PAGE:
There's an interesting (but woefully short) interview with Neal Stephenson
on the Sci Fi Wire. In it, he talks about his decision to include an introduction and glossary of terms (an excerpt
of which is available) in his new novel:
People who do read science fiction and fantasy have developed a skill set that other people don't necessarily have. They can pick up a book and begin reading it, and it will have all of these words that they have not seen before and names that they are not familiar with, and it's set in a world whose geography they don't know and whose customs they don't know--and it can be a bit hard to follow at first, but those kinds of people know that if they just keep reading and are patient, over time all of that will be explained, and they will be able to piece it together in their heads. And doing that is actually part of the pleasure of reading such a book for a fantasy or science fiction fan.
This instantly reminded me of Eric Raymond's excellent essay, SF Words and Prototype Worlds
, in which he notes the way that SF can use a single word to embed broad and far-reaching implications into a story.
In looking at an SF-jargon term like, say, "groundcar", or "warp drive" there is a spectrum of increasingly sophisticated possible decodings. The most naive is to see a meaningless, uninterpretable wordlike noise and stop there.
The next level up is to recognize that uttering the word "groundcar" or "warp drive" actually signifies something that's important for the story, but to lack the experience to know what that is. The motivated beginning reader of SF is in this position; he must, accordingly, consciously puzzle out the meaning of the term from the context provided by the individual work in which it appears.
The third level is to recognize that "ground car" and "warp drive" are signifiers shared, with a consistent and known meaning, by many works of SF -- but to treat them as isolated stereotypical signs, devoid of meaning save inasmuch as they permit the writer to ratchet forward the plot without requiring imaginative effort from the reader.
Viewed this way, these signs emphasize those respects in which the work in which they appear is merely derivative from previous works in the genre. Many critics (whether through laziness or malice) stop here. As a result they write off all SF, for all its pretensions to imaginative vigor, as a tired jumble of shopworn cliches.
The fourth level, typical of a moderately experienced SF reader, is to recognize that these signifiers function by permitting the writer to quickly establish shared imaginative territory with the reader, so that both parties can concentrate on what is unique about their communication without having to generate or process huge expository lumps. Thus these "stereotypes" actually operate in an anti-stereotypical way -- they permit both writer and reader to focus on novelty.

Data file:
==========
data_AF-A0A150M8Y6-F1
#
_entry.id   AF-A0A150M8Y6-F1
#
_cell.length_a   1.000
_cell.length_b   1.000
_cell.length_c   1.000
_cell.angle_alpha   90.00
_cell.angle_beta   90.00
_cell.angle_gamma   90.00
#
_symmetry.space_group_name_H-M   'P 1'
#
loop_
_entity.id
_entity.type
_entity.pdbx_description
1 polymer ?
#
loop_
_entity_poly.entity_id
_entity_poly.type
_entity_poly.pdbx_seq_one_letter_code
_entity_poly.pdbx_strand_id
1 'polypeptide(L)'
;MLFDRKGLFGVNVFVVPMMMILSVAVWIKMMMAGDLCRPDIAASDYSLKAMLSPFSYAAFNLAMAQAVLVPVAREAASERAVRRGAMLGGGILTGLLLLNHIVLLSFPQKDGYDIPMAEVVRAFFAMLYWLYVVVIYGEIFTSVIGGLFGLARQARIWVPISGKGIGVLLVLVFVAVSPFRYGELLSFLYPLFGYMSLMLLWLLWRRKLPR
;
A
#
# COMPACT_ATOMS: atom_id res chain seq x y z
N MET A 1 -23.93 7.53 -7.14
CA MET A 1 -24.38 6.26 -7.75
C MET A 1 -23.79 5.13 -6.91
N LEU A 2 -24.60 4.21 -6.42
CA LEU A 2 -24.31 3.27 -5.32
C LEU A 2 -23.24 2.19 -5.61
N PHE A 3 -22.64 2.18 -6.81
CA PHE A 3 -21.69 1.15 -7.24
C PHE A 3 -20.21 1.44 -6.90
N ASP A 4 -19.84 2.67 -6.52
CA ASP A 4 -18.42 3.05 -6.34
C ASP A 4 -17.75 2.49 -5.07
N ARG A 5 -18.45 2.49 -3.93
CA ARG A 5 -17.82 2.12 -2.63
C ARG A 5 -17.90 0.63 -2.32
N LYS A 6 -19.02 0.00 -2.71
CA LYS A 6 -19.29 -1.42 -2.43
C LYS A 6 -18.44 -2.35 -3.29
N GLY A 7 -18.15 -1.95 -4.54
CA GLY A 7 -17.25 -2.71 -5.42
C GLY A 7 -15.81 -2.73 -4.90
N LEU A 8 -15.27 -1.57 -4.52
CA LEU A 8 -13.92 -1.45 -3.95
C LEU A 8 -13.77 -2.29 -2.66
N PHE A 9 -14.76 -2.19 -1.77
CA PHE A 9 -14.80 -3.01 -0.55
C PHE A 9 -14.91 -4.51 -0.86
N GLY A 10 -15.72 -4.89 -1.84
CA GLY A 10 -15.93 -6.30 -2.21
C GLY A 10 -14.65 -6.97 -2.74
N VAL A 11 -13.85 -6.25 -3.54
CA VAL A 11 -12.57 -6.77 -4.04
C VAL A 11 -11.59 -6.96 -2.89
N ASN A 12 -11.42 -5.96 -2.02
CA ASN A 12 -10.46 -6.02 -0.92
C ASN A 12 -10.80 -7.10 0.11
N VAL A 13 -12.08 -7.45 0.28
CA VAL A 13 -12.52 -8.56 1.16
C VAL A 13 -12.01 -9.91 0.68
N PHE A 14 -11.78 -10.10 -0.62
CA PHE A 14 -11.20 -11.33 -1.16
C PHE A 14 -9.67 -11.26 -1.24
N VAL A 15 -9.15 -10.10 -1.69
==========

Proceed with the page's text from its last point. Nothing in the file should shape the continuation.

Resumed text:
At this level the reader begins to develop quite analytical habits of reading; to become accustomed to searching the writer's terminology for what is implied (by reference to previous works using the same signifiers) and what kinds of exceptions and novelties convey information about the world and the likely plot twists.
It is at this level, for example, that the reader learns to rely on "groundcar" as a tip-off that the normal transport mode in the writer's world is by personal flyer. At this level, also, the reader begins to analytically compare the author's description of his world with other SFnal worlds featuring personal flyers, and to recognize that different kinds of flyers have very different implications for the rest of the world.
For example, the moderately experienced reader will know that worlds in which the personal fliers use wings or helicopter-like rotors are probably slightly less advanced in other technological ways than worlds in which they use ducted fans -- and way behind any world in which the flyers use antigravity! Once he sees "groundcar" he will be watching for these clues.
The very experienced SF reader, at the fifth level, can see entire worlds in a grain of jargon. When he sees "groundcar" he associates to not only technical questions about flyer propulsion but socio-symbolic ones but about why the culture still uses groundcars at all (and he has a reportoire of possible answers ready to check against the author's reporting). He is automatically aware of a huge range of consequences in areas as apparently far afield as (to name two at random) the architectural style of private buildings, and the ecological consequences of accelerated exploitation of wilderness areas not readily accessible by ground transport.
Fascinating stuff. I don't have much to add, except that September 9 can't get here fast enough...